The specific experience of Mexican migrants is a useful starting point from which to better understand these patterns. As I argue in my first book, No One is Illegal, the Mexican working class is the “other US working class” because of its significance at every stage of US modern development, from the second half of the nineteenth century to today.

Look at the border infrastructure itself: in 1924 the border patrol is created. This is a time when there’s a large number of migrant workers in the US south-west, working predominantly in mines, agriculture and railroads. The job of the border patrol is to regulate the migrant population, specifically by deporting unemployed workers, which is why its creation coincides with the criminalisation of Mexicans in the US. This makes it easier for the capitalists to carry out their deliberate process of staggering agricultural production as much as possible in order to move labour from region to region to harvest the crops, and then forcibly move them out in the off season.

In this way, the immigration enforcement system develops according to the needs of capital and the capitalists’ desire for an exploitable workforce. The border patrol takes on a dual function: to both regulate labour and target workers when they try to form unions or speak up for their rights. At every phase of capitalist development in the US since the late 1800s, the immigration system in large part has been shaped by the dependence on Mexican labour and the desire to better exploit it. Now we see how that machinery is being used and expanded against Central American workers.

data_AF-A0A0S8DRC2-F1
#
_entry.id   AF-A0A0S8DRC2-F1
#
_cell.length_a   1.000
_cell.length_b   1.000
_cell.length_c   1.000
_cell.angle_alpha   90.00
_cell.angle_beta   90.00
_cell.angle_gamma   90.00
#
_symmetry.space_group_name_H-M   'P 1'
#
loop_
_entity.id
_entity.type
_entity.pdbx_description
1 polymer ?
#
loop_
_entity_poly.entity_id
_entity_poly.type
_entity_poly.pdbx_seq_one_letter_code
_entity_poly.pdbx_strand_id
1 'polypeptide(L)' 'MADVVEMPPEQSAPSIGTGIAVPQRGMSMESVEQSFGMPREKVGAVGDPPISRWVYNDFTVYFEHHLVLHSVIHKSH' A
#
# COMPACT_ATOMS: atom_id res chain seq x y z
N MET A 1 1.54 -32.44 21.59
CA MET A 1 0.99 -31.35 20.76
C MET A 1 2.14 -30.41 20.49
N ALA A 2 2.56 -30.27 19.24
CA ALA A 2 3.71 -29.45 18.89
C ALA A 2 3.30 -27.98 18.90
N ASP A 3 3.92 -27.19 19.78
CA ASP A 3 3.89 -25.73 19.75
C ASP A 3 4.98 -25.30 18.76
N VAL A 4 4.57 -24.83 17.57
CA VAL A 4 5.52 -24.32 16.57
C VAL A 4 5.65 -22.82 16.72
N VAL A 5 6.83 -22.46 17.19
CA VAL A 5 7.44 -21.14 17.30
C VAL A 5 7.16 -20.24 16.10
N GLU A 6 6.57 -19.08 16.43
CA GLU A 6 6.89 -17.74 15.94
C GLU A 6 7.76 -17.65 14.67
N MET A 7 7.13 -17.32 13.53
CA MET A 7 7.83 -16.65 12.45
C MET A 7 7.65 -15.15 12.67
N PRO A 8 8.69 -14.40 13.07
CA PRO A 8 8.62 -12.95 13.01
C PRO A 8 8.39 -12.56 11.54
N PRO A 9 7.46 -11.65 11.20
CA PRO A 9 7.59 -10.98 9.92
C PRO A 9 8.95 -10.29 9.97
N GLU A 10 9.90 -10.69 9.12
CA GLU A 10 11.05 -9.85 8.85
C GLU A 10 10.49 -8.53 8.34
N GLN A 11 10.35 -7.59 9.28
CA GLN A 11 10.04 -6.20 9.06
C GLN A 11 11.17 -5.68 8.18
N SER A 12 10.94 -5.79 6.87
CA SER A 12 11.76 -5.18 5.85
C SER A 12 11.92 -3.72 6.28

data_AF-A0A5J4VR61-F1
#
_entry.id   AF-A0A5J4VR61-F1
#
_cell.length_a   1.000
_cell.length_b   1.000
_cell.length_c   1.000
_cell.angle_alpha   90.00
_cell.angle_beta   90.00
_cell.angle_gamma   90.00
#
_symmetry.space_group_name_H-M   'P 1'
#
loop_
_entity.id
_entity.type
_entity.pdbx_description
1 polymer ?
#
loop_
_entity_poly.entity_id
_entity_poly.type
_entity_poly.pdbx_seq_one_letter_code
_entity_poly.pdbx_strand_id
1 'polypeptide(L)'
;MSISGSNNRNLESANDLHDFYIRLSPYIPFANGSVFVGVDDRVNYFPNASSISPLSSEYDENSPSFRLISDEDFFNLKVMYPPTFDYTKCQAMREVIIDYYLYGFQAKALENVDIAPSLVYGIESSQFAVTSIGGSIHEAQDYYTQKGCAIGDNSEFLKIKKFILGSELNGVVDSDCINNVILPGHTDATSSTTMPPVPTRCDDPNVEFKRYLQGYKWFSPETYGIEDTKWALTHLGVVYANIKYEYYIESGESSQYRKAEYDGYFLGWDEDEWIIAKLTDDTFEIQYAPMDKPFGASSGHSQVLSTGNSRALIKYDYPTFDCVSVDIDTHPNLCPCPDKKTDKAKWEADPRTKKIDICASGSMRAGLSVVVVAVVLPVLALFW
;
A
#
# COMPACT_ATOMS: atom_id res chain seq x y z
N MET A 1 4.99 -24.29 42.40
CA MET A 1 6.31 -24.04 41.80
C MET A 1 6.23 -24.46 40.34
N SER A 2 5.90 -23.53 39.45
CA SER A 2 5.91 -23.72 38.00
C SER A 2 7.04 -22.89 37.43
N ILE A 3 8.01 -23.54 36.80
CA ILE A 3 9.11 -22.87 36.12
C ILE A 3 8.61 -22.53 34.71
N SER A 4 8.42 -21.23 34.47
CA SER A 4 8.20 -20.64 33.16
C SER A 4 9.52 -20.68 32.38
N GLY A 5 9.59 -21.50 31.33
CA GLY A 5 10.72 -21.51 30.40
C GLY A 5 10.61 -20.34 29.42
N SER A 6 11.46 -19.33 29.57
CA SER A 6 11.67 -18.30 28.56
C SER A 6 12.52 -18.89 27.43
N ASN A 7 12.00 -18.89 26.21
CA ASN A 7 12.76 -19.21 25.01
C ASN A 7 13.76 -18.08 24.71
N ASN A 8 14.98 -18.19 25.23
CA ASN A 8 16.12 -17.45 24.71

In 1986, the Immigration Reform and Control Act made it illegal to hire undocumented migrants. This led to discrimination against workers who appeared foreign, resulting in greater unemployment for undocumented workers. It wasn’t until the 2000s that the CIO officially took a position of supporting the right to citizenship for undocumented immigrants and joined unions challenging the AFL, which had a very “old, white craft union” mentality. This only happened because communists and socialists argued for it within the labour movement and because so much of the working class are people of colour and immigrants.

The reason why this is so central to understanding the class dimensions of US society is because every major victory for the union movement in this country, every period of growth and expansion, has come when the union movement incorporated people of colour and immigrants, and when it has been led by immigrants who challenge the rest of the labour movement.

Immigrant repression is the repression of unions. It’s a direct class war. Unfortunately, the labour movement has largely withdrawn from the fight on this issue, even if they haven’t changed their official position.

Their withdrawal from the fight, and the open class attack on the immigrant working class, means a weakening and decline of the union movement as a whole. Immigrants are not declassed or some kind of marginal force. They are at the centre of the working class, and the future of the migrant workforce is the future of the union movement.